Obesity and Comorbidities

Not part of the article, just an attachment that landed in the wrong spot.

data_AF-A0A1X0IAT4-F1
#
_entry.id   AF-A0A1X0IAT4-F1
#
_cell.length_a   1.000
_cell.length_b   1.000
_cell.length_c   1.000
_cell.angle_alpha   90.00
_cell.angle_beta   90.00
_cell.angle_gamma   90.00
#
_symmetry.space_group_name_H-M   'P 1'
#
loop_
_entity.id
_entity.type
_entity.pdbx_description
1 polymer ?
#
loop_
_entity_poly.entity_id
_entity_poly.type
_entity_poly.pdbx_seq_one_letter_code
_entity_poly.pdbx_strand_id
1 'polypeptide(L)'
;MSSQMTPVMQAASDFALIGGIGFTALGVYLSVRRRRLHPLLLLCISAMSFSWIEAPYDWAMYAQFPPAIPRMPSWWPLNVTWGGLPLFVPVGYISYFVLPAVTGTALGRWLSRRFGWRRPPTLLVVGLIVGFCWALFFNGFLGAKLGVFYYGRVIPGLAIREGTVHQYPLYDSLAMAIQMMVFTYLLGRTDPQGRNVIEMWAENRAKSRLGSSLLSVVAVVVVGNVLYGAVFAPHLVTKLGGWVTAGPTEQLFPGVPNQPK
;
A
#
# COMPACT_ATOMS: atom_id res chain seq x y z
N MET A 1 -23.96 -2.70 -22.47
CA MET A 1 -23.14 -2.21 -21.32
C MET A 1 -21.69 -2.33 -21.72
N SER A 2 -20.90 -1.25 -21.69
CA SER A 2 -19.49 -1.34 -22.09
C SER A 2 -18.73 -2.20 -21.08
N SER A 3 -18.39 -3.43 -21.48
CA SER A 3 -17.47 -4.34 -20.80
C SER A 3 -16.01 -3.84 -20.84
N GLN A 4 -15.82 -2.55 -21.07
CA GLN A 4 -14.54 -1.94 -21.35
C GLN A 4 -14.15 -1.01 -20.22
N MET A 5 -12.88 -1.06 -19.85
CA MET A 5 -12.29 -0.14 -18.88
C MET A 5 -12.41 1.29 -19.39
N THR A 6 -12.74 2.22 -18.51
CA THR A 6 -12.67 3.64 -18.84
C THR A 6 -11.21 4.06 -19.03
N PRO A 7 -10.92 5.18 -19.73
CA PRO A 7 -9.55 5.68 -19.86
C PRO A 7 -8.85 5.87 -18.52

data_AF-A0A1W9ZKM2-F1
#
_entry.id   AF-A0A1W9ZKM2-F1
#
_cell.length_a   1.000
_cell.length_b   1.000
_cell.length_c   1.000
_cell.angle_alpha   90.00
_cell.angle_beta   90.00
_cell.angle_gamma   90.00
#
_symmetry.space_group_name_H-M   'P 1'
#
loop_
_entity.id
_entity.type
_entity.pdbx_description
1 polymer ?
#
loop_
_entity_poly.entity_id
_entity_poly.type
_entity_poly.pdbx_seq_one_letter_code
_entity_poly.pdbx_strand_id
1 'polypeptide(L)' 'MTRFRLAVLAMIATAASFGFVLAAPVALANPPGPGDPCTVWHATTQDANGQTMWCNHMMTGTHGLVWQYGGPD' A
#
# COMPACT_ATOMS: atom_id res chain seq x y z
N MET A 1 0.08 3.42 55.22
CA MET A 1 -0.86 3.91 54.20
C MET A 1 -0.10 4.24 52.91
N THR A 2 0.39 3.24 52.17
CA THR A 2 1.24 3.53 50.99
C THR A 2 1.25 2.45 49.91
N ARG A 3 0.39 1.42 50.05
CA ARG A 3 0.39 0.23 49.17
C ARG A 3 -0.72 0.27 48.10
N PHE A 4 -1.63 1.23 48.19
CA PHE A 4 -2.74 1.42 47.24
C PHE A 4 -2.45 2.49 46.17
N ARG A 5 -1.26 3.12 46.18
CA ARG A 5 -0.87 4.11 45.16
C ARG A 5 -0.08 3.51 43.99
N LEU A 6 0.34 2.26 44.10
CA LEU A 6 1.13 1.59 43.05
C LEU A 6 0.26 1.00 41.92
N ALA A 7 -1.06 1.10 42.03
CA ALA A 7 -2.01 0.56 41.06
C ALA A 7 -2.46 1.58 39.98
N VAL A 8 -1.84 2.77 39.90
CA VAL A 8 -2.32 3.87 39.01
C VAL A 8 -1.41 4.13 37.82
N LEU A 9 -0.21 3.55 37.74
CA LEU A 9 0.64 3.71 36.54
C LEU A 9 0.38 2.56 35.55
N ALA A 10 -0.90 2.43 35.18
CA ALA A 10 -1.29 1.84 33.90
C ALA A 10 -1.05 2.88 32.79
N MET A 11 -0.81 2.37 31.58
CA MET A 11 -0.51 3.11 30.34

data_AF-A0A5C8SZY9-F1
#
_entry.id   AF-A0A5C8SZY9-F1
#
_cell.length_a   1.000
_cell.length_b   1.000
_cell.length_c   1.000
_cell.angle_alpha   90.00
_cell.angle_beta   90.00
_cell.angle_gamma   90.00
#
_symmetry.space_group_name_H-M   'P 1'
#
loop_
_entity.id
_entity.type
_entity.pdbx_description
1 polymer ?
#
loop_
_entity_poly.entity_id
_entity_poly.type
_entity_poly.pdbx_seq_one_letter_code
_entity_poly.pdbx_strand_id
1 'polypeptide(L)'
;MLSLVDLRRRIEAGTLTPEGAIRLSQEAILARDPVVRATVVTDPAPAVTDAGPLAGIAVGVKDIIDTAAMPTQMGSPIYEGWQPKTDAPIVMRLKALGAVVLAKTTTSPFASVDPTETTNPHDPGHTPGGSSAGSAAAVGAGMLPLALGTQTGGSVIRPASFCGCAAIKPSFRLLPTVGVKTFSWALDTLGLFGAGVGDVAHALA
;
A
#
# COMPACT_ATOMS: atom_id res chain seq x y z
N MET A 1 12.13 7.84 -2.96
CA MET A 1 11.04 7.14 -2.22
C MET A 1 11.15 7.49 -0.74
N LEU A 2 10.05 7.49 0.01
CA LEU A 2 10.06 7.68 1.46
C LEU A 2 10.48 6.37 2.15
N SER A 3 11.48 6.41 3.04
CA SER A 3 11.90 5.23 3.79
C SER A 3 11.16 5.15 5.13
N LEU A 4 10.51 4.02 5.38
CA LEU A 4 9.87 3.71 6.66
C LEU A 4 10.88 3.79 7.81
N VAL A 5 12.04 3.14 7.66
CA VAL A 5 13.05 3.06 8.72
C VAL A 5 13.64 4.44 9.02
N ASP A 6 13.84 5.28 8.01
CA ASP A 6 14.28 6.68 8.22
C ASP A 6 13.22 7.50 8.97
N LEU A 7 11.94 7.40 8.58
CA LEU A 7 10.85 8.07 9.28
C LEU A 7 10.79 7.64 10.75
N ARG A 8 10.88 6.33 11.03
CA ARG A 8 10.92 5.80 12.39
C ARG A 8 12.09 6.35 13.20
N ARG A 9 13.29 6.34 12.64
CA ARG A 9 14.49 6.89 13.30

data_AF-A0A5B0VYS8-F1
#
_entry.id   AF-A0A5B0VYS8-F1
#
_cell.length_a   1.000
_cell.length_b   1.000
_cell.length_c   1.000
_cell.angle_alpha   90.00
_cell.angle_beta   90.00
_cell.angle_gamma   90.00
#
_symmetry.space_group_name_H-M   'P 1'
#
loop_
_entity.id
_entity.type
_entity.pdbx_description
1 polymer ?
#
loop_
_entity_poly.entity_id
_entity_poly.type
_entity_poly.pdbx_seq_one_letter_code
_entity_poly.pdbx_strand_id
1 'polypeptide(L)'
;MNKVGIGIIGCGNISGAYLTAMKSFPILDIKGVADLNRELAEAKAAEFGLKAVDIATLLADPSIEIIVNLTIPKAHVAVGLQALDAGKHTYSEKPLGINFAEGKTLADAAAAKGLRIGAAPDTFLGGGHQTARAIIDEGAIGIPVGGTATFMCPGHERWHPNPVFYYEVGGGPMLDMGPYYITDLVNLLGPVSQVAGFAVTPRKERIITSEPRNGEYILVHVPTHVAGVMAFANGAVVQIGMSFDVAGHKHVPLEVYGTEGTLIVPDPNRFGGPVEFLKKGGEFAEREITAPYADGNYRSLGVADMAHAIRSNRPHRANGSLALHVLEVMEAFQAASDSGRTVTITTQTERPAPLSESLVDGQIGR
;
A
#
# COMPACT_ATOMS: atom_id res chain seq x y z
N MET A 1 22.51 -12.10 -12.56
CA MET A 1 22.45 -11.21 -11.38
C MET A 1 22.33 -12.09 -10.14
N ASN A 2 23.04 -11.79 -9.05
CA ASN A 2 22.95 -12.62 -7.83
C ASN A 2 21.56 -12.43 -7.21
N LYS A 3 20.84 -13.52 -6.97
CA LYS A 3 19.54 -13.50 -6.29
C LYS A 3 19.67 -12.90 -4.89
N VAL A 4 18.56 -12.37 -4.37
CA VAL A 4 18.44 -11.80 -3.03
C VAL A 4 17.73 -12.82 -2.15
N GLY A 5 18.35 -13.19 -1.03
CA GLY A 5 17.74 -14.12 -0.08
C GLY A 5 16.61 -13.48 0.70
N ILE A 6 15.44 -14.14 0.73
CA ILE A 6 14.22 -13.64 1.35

Obesity, the condition central to MetS, is characterized by an excess body weight due to fat excess (196). Today, obesity is defined as a mild but chronic inflammatory state (204). Animal studies have shown that the sequence of obesity establishment resembles the stages of the typical inflammatory response, only that it does not resolve in this case (205–207). In mice fed a high fat diet (HFD), it has been observed that in the first week, there already exists an increased infiltration of neutrophils in WAT (206). Then, around 5 weeks lymphocyte infiltration is observed (207) and finally after 16 weeks, when obesity is well-established, macrophages become the main infiltrating cells (206, 207). The lymphocyte and macrophage infiltrates in WAT of obese individuals (mice and humans) are mainly pro-inflammatory, while those in the WAT of lean individuals are anti-inflammatory (207–210). Thus, this inflammation has been interpreted as a response of the organism to an insult, which in this case is nutritional energetic overload, and whereby the stimulus persists and inflammation becomes chronic (211, 212). In addition, the diets that are usually consumed in middle- and high-income countries, where there is higher prevalence of obesity, are often unbalanced with very low fruit and vegetable consumption and with excessive meats and ultra-processed products that impose a burden of saturated fats and refined sugars (196, 213–216). Thus, the disturbed energy balance in favor of fat accumulation, that is obesity, leads to a WAT growth with hypertrophy and death of adipocytes promoting macrophage infiltration to phagocytize the remains; these in turn produce pro-inflammatory cytokines that favor further infiltration (217, 218). Saturated fatty acids directly stimulate differentiation to a pro-inflammatory macrophage profile while monounsaturated and polyunsaturated fatty acids promote an anti-inflammatory profile (219). Thus, if the stimulus persists, that is, if the diet is still rich in saturated fatty acids and energy, a vicious circle is established with continuous infiltration of pro-inflammatory macrophages, which maintains the inflammation chronically (220). In addition, while eicosanoids derived from ω-6 polyunsaturated fatty acids, prostaglandins, and leukotrienes, facilitate the initiation of the inflammatory response, the eicosanoids and docosahexanoids derived from ω-3 polyunsaturated fatty acids, resolvins, and protectins, are essential to finishing it (139, 221). It has been found that the diets of obese individuals are usually deficient in ω-3 fatty acids but not in ω-6 fatty acids, and this could contribute to maintaining the chronic inflammation (205, 221, 222). Besides, the hypertrophy of WAT also elicits tissue hypoxia, which favors inflammation and angiogenesis that are needed to expand WAT (209, 223). Therefore, to enable the adipocytes to hypertrophy, the MMPs must break down the extracellular matrix. Accordingly, in a mouse MMP14 null model, researchers observed a reduction in adipose tissue mass and smaller adipocytes (224). Moreover, in obese mice fed an HFD, increased HIF-1α and VEGF levels have been found, and HIF-1α overexpression was causally implicated in obesity-induced insulin resistance (221). Related to inflammation, the NF-κB signaling pathway is also activated in obesity and is responsible for the production of pro-inflammatory cytokines such as TNF-α that induce insulin resistance (139).